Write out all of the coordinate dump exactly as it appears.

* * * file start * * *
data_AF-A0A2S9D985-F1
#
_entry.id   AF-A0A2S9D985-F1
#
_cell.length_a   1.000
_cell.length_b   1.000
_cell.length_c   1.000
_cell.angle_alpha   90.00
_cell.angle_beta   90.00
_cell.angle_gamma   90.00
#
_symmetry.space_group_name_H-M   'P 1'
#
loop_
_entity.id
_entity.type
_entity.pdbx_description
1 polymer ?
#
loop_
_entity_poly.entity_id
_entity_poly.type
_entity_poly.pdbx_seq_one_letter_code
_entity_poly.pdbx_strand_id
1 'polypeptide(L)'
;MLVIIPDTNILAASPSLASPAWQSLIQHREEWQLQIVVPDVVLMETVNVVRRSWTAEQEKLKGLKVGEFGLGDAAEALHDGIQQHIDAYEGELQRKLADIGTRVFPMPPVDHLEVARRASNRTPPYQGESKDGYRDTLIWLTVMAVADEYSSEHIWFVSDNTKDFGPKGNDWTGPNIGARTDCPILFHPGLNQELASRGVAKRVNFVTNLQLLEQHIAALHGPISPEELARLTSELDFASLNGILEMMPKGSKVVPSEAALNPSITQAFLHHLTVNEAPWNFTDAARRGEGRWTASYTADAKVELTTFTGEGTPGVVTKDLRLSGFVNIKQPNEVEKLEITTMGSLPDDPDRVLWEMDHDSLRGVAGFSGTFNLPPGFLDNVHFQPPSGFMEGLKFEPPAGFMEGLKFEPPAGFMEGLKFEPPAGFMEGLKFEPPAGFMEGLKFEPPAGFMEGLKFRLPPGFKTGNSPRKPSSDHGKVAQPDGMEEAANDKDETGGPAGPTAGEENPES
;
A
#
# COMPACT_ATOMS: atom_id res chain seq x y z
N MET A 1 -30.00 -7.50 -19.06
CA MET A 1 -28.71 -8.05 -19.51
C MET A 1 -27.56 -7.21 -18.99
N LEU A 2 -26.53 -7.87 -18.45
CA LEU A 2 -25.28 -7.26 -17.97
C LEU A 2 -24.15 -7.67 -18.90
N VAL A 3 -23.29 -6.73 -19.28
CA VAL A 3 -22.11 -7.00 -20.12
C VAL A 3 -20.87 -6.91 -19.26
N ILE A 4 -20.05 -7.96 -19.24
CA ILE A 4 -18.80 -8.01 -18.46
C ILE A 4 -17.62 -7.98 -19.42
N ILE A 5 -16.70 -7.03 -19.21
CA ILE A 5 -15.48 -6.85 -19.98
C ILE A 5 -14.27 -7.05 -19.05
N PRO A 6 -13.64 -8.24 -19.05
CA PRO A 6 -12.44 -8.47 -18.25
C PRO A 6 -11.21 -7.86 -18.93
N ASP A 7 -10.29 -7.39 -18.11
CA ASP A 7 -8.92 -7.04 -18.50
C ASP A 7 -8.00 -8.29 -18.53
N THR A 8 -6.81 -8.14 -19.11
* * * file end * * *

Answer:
data_AF-A0A2S9D985-F1
#
_entry.id   AF-A0A2S9D985-F1
#
_cell.length_a   1.000
_cell.length_b   1.000
_cell.length_c   1.000
_cell.angle_alpha   90.00
_cell.angle_beta   90.00
_cell.angle_gamma   90.00
#
_symmetry.space_group_name_H-M   'P 1'
#
loop_
_entity.id
_entity.type
_entity.pdbx_description
1 polymer ?
#
loop_
_entity_poly.entity_id
_entity_poly.type
_entity_poly.pdbx_seq_one_letter_code
_entity_poly.pdbx_strand_id
1 'polypeptide(L)'
;MLVIIPDTNILAASPSLASPAWQSLIQHREEWQLQIVVPDVVLMETVNVVRRSWTAEQEKLKGLKVGEFGLGDAAEALHDGIQQHIDAYEGELQRKLADIGTRVFPMPPVDHLEVARRASNRTPPYQGESKDGYRDTLIWLTVMAVADEYSSEHIWFVSDNTKDFGPKGNDWTGPNIGARTDCPILFHPGLNQELASRGVAKRVNFVTNLQLLEQHIAALHGPISPEELARLTSELDFASLNGILEMMPKGSKVVPSEAALNPSITQAFLHHLTVNEAPWNFTDAARRGEGRWTASYTADAKVELTTFTGEGTPGVVTKDLRLSGFVNIKQPNEVEKLEITTMGSLPDDPDRVLWEMDHDSLRGVAGFSGTFNLPPGFLDNVHFQPPSGFMEGLKFEPPAGFMEGLKFEPPAGFMEGLKFEPPAGFMEGLKFEPPAGFMEGLKFEPPAGFMEGLKFRLPPGFKTGNSPRKPSSDHGKVAQPDGMEEAANDKDETGGPAGPTAGEENPES
;
A
#
# COMPACT_ATOMS: atom_id res chain seq x y z
N MET A 1 -30.00 -7.50 -19.06
CA MET A 1 -28.71 -8.05 -19.51
C MET A 1 -27.56 -7.21 -18.99
N LEU A 2 -26.53 -7.87 -18.45
CA LEU A 2 -25.28 -7.26 -17.97
C LEU A 2 -24.15 -7.67 -18.90
N VAL A 3 -23.29 -6.73 -19.28
CA VAL A 3 -22.11 -7.00 -20.12
C VAL A 3 -20.87 -6.91 -19.26
N ILE A 4 -20.05 -7.96 -19.24
CA ILE A 4 -18.80 -8.01 -18.46
C ILE A 4 -17.62 -7.98 -19.42
N ILE A 5 -16.70 -7.03 -19.21
CA ILE A 5 -15.48 -6.85 -19.98
C ILE A 5 -14.27 -7.05 -19.05
N PRO A 6 -13.64 -8.24 -19.05
CA PRO A 6 -12.44 -8.47 -18.25
C PRO A 6 -11.21 -7.86 -18.93
N ASP A 7 -10.29 -7.39 -18.11
CA ASP A 7 -8.92 -7.04 -18.50
C ASP A 7 -8.00 -8.29 -18.53
N THR A 8 -6.81 -8.14 -19.11